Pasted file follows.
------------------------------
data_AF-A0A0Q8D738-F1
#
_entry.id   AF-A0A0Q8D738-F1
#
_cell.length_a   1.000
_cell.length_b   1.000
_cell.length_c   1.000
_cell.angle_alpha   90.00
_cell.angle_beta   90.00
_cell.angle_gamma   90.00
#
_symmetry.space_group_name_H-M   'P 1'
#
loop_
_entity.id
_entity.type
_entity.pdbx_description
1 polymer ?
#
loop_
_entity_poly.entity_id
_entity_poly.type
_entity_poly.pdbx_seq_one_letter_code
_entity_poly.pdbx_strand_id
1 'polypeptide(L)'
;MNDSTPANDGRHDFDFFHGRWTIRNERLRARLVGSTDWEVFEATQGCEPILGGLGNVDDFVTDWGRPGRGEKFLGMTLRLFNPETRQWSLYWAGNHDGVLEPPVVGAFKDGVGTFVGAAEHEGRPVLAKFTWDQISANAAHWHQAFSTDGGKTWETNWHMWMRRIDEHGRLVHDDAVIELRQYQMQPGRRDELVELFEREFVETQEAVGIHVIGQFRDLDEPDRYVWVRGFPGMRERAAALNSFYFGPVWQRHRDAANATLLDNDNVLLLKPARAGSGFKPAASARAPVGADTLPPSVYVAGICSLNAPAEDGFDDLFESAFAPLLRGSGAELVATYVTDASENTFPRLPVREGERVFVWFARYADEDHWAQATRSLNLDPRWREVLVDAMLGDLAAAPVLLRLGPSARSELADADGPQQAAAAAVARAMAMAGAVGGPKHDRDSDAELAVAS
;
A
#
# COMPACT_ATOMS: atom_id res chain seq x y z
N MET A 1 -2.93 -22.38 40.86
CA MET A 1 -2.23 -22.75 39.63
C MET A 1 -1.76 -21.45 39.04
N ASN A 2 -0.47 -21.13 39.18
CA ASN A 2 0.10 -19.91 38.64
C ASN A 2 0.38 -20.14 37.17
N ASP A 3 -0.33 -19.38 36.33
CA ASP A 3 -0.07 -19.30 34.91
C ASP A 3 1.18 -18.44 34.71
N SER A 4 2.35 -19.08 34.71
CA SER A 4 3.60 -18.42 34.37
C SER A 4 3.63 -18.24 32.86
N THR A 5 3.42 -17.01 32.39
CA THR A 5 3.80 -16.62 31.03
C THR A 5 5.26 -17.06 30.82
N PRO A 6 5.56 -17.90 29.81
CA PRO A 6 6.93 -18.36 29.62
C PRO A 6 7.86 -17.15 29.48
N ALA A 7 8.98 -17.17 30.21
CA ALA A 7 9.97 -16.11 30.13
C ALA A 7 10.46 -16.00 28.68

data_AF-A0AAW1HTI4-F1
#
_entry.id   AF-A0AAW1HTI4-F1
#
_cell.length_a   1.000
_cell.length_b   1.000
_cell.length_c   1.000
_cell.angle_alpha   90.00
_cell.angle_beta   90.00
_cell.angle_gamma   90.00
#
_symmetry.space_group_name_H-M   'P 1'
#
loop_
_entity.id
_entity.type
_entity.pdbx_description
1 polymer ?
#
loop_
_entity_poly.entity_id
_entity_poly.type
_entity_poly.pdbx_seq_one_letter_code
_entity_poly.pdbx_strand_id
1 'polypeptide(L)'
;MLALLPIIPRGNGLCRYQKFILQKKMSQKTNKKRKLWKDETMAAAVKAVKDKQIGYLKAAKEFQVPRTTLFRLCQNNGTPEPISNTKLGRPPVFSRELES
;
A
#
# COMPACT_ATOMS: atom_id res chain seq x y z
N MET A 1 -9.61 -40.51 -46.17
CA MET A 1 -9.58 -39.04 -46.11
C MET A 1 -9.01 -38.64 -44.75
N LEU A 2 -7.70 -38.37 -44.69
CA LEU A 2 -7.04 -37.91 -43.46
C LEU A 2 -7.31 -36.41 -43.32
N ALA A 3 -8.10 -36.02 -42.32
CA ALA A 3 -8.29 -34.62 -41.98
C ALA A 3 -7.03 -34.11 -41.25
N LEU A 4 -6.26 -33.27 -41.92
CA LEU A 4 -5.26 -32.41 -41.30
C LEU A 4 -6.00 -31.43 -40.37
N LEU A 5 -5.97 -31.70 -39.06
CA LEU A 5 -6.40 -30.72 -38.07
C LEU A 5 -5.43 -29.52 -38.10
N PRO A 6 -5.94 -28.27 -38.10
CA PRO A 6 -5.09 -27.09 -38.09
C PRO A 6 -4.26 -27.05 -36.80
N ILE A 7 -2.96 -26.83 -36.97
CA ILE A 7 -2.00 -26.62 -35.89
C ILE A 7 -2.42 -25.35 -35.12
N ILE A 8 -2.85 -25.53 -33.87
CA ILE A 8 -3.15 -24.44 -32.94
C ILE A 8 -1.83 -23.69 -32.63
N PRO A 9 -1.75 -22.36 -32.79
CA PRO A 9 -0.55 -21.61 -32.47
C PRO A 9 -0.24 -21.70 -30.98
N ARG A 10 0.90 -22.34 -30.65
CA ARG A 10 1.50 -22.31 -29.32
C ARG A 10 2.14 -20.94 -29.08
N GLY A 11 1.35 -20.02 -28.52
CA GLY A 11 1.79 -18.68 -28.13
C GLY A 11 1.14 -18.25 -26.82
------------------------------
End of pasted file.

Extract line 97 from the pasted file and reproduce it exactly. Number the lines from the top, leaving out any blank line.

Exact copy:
N PRO A 6 -5.94 -28.27 -38.10